69.1 F
New York
Tuesday, June 25, 2024

Parshas Kedoshim–Sometimes It’s Just a Hot Cup of Coffee

Related Articles


Must read

Getting your Trinity Audio player ready...

By: Chaya Sora Jungreis-Gertzulin

Parshas Kedoshim. “Kedoshim te’hiyu, You shall be holy…” (Vayikra 19:2) To live a life of sanctity. The mission statement of our nation. A message so important, so vital, that HaShem tells Moshe to gather “Kol adas B’nei Yisroel, the entire nation”. A message so integral to us that Rashi relates a Midrash, “Sheh’rov gufei Torah te’luyin bah, That the majority of the essential of the Torah depends on it.”

We may think that kedoshim, living an elevated life is reserved for the lofty amongst us, those with holy souls. But the pasuk tells us otherwise. Kol adas. All of Yisroel. Men and women. Young and old. Strong and weak. Scholarly and simple. Rich and poor. Each one of us has not only an obligation, but the wherewithal to be a kodosh. Each one of us, in our way, can make the world a better place.

How is it possible, one may ask. HaShem created us with a neshama, as we say every day in davening, “Elokai, neshama sheh’nosatah be, tehorah he, HaShem, the soul You gave me is pure…” With a pure soul, one can accomplish so much. How blessed we are that HaShem implants within us the necessary tools to be a kodosh.

Kol adas – everyone. Even the children.

A while ago, a true life story was submitted to Mishpacha magazine by Esther Malka Goldschmidt. Esther Malka was working as a receptionist in a Lakewood office. A very ordinary job, bordering on boring. Oftentimes, she would be looking for “something” to happen. And then, one day it did. A middle-aged, obviously non-Jewish couple, came in to have a meeting with her boss. The wait was long and the woman approached Esther Malka’s desk to make conversation.

“Do you live around here?” the woman asked. “I used to live on Vine Street.” Esther Malka knew Vine Street well. It was the block of the school she attended, Bais Kaila.

The woman proceeded to tell of how she would sit on her porch, and watch the girls going to school in their pleated skirts and light blue shirts. She recalled one girl in particular. A girl who always waved and smiled to her. A girl who even stopped to wish her a good day and chat with her. The girl’s name was Kaila. “Kaila from the Kaila school”, she said.

It was now time for the couple to go in, but not before the woman added, “Kaila was so nice, that when I had a little girl, I named her Kaila.”

A wave. A smile. A good word. Little things that we can all do. Little things that make a big difference. A Kiddush HaShem.

We may not realize it, but a Kiddush HaShem is not just for others. It is also for ourselves. Every good act we do, every mitzva we keep, has an impact on our neshama. It becomes part of our very being. We become better people as a result. We become kinder and more considerate. We learn compassion, love and understanding. We acquire the virtues of patience and tolerance. One who lives his life striving to be a kodosh, comes out a winner, a hero. It is self-improvement at the highest level.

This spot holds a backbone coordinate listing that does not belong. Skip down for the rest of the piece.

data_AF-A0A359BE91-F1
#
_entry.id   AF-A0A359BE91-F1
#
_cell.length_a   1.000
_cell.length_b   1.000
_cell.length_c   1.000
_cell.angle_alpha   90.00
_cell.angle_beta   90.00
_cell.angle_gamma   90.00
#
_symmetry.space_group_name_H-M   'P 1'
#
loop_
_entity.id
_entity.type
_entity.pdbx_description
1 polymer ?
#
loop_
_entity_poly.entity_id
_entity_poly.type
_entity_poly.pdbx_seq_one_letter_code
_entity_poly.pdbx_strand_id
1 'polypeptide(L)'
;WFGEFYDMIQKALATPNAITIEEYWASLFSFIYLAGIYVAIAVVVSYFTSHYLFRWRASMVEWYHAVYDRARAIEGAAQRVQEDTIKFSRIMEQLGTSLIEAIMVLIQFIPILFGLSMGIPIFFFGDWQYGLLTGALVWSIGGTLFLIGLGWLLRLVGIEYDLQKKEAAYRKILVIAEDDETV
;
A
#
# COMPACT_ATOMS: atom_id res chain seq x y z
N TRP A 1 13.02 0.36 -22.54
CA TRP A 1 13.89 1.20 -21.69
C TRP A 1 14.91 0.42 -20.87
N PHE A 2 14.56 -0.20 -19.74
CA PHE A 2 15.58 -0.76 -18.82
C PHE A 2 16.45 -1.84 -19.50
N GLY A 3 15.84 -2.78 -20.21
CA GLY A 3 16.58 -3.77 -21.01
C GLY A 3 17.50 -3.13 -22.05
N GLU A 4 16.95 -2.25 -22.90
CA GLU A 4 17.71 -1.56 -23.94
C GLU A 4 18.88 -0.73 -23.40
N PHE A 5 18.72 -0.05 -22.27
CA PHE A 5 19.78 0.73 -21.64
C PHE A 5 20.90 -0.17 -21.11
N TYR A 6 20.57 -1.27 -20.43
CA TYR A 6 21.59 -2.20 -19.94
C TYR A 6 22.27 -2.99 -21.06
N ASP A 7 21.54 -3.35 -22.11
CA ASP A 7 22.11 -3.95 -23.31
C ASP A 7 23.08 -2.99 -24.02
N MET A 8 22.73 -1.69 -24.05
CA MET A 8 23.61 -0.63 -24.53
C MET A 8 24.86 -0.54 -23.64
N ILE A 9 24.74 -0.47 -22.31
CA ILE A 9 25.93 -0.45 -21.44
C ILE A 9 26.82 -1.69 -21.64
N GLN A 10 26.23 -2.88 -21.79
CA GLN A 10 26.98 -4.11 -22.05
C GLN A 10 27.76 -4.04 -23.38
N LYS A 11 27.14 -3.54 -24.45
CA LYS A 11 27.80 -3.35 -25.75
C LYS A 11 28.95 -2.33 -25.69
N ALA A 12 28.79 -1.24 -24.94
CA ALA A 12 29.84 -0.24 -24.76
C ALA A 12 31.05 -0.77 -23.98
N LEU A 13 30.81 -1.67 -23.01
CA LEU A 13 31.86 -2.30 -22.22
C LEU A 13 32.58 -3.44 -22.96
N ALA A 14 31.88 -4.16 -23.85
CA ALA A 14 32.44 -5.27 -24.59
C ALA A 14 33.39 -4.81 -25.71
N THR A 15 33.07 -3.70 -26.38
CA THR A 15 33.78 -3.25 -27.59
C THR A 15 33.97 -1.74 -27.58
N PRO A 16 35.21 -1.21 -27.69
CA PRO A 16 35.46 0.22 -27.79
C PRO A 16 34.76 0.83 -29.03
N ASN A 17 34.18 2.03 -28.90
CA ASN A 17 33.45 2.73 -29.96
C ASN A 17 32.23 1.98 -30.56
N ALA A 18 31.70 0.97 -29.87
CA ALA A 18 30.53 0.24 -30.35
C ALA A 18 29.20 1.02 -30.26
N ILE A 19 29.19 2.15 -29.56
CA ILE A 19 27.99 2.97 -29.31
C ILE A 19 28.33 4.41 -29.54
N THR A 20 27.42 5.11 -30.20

Kedoshim te’hiyu. I think of my father zt”l, who filled his life with quiet acts of chesed. Many of them unknown to our family, only to be found out during the shiva.

At one point, a woman walked in wearing a nurse’s uniform. My sister and I looked at each other, we didn’t recognize her as one of my father’s nurses from the hospital. We looked at our mother. She didn’t seem to know her either.

“Let me introduce myself”, our mystery visitor began. “I am a baby nurse who works for many families in the community. I get recommendations by word of mouth. I overheard the woman I am currently working by tell her husband that the Rabbi passed. As soon as I heard that it was Rabbi Jungreis, I asked if I could take some time off to make a condolence call. I just wanted to share a personal story with the family.”

Intrigued, we were all ears. The baby nurse continued. “Very often, I am taking care of a baby at a bris. After the ceremony, I would go into a private room to care for the baby, while the family would be greeting their guests. At times, it seemed like an afterthought when someone brought me a cup of coffee or a plate of food. By then, everything was cold. But not so when the bris was in Rabbi Jungreis’ shul, Ohr Torah. Soon after the bris, the Rabbi would bring me a steaming hot cup of coffee and a plate laden with goodies. The Rabbi would tell me ‘You are such a special lady — you have a holy job, you are taking care of a Jewish baby, a Jewish soul.’ It wasn’t just the plate of food. It was the kind, encouraging words, the good wishes, the smile of appreciation, the words of gratitude.”

We are now in the midst of Sefira, counting from Pesach to Shavuos, in anticipation of receiving the Torah. It is during this time period that we also mourn the loss of so many of Rabbi Akiva’s students, due to a devastating plague. A plague caused by their lacking respect and love for one another. The plague came to an end on Lag B’Omer, the thirty-third day of counting the Omer. Maharal comments that until Lag B’Omer there are thirty-two days, the gematria of lev, heart. The lesson of Sefira. To love one another. To have heart. To respect each other, as in the word kavod, honor, which also has a gematria of thirty-two.

In this week’s parsha, we are commanded “v’ahavta le’rea’acha kamocha, You shall love your fellow as yourself.” (Vayikra 19:18). To be a kodosh.

Sometimes, all it takes is a hot drink and a kind word.

Shabbat Shalom and Chodesh Tov!

Chaya Sora

Chaya Sora can be reached at [email protected]

This article was written L’zecher Nishmas/In Memory Of HaRav Meshulem ben HaRav Osher Anshil HaLevi, zt”l and Rebbetzin Esther bas HaRav Avraham HaLevi, zt”l

balance of natureDonate

Latest article

- Advertisement -